Thursday, March 11, 2010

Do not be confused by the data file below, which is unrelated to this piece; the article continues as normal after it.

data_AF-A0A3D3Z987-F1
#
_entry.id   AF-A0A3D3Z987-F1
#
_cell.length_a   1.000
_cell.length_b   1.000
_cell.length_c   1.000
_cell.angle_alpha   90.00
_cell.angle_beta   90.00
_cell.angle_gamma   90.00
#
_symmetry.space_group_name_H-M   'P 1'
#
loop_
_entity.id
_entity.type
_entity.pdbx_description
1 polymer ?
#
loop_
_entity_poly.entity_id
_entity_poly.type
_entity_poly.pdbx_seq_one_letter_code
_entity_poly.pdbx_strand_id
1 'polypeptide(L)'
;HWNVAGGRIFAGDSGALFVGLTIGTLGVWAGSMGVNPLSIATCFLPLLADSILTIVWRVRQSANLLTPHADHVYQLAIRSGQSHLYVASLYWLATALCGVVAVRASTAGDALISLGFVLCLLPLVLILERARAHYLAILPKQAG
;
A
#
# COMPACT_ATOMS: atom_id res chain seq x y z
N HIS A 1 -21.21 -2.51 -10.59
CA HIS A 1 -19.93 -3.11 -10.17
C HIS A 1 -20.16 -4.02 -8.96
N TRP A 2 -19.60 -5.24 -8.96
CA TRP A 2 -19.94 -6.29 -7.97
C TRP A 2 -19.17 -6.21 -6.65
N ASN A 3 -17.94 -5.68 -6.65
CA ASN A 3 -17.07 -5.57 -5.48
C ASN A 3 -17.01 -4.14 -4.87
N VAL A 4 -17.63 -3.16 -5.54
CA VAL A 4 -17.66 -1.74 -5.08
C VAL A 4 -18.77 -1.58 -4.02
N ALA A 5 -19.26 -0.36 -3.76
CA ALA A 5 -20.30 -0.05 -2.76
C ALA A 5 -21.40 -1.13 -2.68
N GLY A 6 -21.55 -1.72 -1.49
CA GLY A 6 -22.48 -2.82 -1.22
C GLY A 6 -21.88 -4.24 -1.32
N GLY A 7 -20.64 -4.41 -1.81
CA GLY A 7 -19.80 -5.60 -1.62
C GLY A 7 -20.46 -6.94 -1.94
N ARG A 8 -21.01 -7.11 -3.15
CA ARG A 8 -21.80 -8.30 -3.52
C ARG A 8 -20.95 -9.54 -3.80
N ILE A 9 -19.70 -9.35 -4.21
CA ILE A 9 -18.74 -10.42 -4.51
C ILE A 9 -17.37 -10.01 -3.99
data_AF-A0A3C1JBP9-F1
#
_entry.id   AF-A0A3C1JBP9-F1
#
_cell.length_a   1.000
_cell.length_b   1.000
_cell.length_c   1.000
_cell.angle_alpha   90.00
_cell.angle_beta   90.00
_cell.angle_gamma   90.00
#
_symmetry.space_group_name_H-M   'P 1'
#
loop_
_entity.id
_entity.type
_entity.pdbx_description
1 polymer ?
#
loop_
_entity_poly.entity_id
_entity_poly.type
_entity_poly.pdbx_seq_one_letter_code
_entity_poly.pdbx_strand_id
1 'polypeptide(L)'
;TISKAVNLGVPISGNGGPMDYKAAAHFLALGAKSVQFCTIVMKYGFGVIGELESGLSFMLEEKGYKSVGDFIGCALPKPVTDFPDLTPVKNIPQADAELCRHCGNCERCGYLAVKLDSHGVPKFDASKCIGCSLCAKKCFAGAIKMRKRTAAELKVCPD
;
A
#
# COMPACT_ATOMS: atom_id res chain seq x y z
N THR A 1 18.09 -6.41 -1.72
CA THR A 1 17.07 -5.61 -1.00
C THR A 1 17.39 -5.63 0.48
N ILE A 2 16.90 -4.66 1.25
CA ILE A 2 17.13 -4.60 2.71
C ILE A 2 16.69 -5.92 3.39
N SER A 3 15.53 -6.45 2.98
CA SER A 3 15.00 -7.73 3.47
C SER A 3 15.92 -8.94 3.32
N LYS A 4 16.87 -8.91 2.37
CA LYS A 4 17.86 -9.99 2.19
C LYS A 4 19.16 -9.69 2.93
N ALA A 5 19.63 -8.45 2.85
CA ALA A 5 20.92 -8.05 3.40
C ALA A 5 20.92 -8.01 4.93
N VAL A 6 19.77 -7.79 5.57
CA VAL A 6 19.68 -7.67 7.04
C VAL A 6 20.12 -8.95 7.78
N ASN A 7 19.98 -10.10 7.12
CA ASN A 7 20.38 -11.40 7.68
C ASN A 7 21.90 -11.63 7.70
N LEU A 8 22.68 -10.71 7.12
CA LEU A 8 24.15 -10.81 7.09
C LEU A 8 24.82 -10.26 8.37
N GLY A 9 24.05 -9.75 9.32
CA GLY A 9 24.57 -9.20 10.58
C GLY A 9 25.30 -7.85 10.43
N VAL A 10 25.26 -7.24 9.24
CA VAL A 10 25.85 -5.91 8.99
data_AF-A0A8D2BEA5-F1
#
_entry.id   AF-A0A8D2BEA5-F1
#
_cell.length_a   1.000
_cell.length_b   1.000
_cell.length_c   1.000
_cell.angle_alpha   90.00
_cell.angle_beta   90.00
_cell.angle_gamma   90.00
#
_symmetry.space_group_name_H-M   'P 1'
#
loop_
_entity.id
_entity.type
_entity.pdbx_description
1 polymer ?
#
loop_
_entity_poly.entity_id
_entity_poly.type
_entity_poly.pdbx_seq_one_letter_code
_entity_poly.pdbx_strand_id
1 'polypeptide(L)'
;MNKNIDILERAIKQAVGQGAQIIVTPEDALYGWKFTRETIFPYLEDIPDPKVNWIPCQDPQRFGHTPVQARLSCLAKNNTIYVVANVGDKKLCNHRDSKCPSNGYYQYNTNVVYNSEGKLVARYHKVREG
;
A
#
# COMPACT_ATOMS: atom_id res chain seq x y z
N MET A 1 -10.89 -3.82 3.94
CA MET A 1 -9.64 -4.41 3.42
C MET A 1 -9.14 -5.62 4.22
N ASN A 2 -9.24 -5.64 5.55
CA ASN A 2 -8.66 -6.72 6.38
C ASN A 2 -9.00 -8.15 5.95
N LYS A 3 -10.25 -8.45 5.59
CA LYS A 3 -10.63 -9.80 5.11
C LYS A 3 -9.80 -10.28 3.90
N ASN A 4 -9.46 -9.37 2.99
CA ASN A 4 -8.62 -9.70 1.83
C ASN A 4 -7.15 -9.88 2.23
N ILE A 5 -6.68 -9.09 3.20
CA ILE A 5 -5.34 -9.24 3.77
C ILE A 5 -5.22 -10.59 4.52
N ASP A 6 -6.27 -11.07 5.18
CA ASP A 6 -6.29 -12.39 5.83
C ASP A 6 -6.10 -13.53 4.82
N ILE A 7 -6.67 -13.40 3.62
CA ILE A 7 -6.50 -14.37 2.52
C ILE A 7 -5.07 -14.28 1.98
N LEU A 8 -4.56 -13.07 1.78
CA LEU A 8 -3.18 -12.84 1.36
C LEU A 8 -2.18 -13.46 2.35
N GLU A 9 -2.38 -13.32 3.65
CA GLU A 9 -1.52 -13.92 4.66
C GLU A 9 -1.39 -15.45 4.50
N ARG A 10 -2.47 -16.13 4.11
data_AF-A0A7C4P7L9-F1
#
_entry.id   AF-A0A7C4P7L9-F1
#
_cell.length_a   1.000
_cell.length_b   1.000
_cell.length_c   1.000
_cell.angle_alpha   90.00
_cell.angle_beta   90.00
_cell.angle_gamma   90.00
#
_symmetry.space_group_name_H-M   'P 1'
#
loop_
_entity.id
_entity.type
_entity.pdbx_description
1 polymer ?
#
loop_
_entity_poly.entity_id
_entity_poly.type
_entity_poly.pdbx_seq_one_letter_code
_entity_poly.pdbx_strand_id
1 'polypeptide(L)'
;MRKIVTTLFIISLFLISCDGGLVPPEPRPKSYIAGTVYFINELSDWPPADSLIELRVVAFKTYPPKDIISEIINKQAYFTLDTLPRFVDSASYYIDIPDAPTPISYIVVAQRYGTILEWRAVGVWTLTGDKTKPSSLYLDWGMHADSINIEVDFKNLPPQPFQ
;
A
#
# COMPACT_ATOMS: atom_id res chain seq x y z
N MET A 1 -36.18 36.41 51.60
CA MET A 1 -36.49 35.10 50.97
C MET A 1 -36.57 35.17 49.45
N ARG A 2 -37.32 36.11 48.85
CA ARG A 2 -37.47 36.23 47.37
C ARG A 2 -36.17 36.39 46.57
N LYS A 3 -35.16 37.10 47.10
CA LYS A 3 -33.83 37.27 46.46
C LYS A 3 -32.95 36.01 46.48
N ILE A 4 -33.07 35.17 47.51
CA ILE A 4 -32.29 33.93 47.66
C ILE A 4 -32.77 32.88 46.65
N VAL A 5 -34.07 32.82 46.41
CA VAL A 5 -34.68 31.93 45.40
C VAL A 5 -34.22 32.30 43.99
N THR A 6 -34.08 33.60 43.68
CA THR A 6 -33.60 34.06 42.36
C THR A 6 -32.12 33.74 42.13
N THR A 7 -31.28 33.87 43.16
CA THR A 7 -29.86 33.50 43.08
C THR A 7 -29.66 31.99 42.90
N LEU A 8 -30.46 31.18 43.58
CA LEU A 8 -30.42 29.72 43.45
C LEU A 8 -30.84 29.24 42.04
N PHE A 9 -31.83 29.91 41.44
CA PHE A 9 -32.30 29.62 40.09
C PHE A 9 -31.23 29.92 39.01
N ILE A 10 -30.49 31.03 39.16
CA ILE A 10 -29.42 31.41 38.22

I spotted this at a Wicklow garden where there this giant clock was part of a collection of salvage material. I wonder where the hands are now? The question of time is always important to psychotherapists and "we have to finish now" is a typical end of session closure. Too often it's at a most productive moment, yet holding the material over until next week can also be productive. It's always a balance. Clocks are very important to us all and it's not only psychotherapists who have issues about time. There are "punching in" clocks in factories and offices and even if there are none, we work to the clock. It is said that citizens who took over Paris in 1871 during the Franco-Prussian war took pot shots at the clocks - because they regarded them as exercising a tyrannical control over their lives. They wanted to be rid of the constrictions of time that their employers enforced. In psychotherapy, time is a boundary and it is also related to work. The client must use his or her time productively and it is up to the psychotherapist to encourage that duty. Psychotherapy offers an ethical space, where the client is not invited to "waste" money or indeed time in fruitless labour. This would be what William Morris regarded as "useless toil". So when I see the clock without hands, it is saying something to me about the place of time in our lives. Time is there to be used and in some sense we would all like to shoot the clock.